Internet pioneer sets out his vision for the future
Kleinrock predicts great disruption - and opportunities - ahead
Leonard Kleinrock, on the Library Stage of the Web Summit, in the RDS Dublin.Photographer: Dara Mac Dónaill / THE IRISH TIMES
While the Web Summit’s main stage plays host to tech rockstars speaking to thunderous applause, the library stage serves as a quieter, more intimate venue for attendees interested in how technology is impacting upon education, culture and society.
As was fitting, the keynote speaker here today was Prof Leonard Kleinrock, dubbed the father of the internet for his early contribution to computer networking and ARPANET, the forerunner of the internet. When the idea of connecting computers was first proposed it was ignored, he says. “In 1969 the internet was invented. Nobody noticed. We approached AT&T, nobody cared!”.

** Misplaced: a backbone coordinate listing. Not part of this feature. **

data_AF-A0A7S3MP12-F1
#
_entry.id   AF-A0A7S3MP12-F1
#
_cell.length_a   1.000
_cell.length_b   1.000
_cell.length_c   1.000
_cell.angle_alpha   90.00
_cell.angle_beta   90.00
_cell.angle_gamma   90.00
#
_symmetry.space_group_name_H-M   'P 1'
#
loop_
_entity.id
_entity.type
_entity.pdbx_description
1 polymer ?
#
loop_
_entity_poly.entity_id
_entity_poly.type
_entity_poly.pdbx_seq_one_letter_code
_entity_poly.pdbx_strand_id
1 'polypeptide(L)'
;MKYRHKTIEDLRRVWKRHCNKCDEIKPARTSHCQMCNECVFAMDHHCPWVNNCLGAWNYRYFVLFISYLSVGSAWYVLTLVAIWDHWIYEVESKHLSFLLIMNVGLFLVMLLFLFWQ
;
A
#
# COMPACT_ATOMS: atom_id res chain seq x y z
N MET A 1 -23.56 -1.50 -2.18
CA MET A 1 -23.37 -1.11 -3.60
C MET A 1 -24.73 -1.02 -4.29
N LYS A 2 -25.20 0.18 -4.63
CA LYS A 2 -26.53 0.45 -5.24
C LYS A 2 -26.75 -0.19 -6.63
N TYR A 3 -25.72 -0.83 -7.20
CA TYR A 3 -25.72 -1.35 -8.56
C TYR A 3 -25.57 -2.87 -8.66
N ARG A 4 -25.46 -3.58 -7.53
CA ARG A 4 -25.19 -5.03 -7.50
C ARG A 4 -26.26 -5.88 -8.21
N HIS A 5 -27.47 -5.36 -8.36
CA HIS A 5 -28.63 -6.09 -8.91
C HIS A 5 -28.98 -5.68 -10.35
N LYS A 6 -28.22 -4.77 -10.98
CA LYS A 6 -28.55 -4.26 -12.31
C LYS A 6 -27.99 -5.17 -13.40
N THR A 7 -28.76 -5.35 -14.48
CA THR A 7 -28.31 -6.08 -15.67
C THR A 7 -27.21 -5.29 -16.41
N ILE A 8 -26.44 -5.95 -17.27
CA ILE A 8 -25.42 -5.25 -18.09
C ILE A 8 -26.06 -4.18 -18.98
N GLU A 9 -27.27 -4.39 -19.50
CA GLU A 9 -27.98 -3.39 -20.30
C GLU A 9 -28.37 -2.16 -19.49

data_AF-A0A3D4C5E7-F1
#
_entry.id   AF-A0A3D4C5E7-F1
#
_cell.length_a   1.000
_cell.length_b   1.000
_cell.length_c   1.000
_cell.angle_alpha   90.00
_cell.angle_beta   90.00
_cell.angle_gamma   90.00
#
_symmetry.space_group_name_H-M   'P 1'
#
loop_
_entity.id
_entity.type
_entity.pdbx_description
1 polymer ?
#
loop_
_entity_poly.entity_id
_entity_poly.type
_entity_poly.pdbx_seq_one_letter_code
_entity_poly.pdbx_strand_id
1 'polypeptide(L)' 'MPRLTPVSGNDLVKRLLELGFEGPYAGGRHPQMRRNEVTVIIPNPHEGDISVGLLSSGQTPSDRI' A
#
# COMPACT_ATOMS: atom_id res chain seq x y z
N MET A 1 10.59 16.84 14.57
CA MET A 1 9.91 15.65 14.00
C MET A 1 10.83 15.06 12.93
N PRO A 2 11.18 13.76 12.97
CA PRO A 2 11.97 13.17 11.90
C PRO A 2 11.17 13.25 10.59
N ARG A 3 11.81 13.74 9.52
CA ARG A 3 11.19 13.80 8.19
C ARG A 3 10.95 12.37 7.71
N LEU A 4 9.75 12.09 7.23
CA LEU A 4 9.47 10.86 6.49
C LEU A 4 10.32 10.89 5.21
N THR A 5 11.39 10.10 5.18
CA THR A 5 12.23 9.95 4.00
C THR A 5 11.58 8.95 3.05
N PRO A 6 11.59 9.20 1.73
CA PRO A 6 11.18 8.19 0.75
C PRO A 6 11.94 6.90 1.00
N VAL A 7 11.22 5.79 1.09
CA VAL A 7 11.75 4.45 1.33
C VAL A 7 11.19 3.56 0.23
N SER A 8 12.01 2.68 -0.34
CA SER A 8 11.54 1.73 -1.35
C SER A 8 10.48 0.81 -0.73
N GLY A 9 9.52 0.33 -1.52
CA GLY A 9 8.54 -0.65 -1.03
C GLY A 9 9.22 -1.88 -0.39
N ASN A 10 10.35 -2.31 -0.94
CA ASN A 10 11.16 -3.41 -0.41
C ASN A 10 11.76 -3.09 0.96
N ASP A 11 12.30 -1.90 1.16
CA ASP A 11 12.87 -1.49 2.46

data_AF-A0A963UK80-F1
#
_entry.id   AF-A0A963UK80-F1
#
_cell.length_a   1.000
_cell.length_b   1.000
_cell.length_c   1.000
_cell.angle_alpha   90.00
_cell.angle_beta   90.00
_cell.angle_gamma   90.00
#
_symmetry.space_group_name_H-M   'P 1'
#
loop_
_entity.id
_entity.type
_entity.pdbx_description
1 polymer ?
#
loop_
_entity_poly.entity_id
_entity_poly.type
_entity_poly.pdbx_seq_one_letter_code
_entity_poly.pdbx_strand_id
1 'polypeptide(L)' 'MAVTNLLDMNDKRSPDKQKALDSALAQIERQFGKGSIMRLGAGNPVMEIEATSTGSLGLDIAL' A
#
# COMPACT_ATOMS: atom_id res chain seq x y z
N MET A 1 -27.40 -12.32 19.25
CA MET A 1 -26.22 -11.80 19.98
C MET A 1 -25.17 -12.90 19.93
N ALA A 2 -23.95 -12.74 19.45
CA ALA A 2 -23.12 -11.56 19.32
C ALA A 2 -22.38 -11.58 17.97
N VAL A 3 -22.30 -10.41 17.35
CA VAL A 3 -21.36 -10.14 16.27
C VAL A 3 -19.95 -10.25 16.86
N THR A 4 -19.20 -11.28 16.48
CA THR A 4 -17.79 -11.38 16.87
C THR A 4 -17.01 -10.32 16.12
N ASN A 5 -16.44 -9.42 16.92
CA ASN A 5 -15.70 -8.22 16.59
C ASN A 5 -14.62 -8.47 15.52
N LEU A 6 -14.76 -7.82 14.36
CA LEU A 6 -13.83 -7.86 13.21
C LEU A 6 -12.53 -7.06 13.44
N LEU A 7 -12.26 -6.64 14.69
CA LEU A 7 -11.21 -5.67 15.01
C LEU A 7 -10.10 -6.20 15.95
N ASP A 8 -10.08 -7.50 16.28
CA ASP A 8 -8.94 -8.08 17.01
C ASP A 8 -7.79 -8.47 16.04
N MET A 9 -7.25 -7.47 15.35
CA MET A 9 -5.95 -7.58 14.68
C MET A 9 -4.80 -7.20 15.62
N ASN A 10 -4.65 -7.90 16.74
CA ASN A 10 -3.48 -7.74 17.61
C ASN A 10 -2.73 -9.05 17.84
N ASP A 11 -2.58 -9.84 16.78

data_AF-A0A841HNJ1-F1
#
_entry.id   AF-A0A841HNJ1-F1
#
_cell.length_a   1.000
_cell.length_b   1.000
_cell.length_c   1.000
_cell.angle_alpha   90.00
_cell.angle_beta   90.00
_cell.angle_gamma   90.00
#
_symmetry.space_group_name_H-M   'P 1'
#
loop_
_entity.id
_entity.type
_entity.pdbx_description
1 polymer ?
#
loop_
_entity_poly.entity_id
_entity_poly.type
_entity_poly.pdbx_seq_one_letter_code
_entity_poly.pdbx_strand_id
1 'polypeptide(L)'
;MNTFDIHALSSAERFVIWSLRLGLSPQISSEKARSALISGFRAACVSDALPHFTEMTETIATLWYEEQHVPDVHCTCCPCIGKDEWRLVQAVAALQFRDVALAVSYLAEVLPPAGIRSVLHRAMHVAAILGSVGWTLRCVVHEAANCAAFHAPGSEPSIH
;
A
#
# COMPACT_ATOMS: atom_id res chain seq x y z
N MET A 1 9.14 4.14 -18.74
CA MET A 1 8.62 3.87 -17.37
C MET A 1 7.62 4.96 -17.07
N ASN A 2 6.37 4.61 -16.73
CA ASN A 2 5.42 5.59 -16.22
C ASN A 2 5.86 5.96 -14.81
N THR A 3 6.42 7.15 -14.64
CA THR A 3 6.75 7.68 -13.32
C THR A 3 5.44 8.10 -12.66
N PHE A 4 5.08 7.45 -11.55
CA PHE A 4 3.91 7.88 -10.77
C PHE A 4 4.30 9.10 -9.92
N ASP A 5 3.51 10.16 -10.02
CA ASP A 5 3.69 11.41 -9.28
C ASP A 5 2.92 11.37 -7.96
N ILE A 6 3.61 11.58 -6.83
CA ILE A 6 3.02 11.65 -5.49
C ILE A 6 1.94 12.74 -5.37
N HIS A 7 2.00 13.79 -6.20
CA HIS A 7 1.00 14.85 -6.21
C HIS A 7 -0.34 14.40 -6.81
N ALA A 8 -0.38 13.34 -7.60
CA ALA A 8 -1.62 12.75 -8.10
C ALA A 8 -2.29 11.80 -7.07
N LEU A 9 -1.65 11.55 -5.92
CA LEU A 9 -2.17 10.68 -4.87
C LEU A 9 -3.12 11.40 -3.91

Now, there exists more internet connected devices than there are people. We are in the age of the internet of things, says Kleinrock. “Devices are getting really small and really cheap really fast. And they’re on the move.” He says all of this represents disruptive opportunities for new technologies, new applications and new approaches.
“Yesterday was the 44th anniversary of the sending of the first internet message so it’s appropriate we’re talking about it today,” Kleinrock added as he described the next four phases of the net: nomadic computing, smart homes and other smart spaces, intelligent software agents and ubiquitous computing.
He described a near future where we have technology embedded in everything down to our fingernails; a future where nanotechnology means everything in the physical world can be connected to the web.
“All of these things are infrastructure, which is predictable. What we can’t predict is the software and applications that will sit upon this.” These applications might not exist yet or they may be what is being demonstrated right now by some of the startups gathered here today.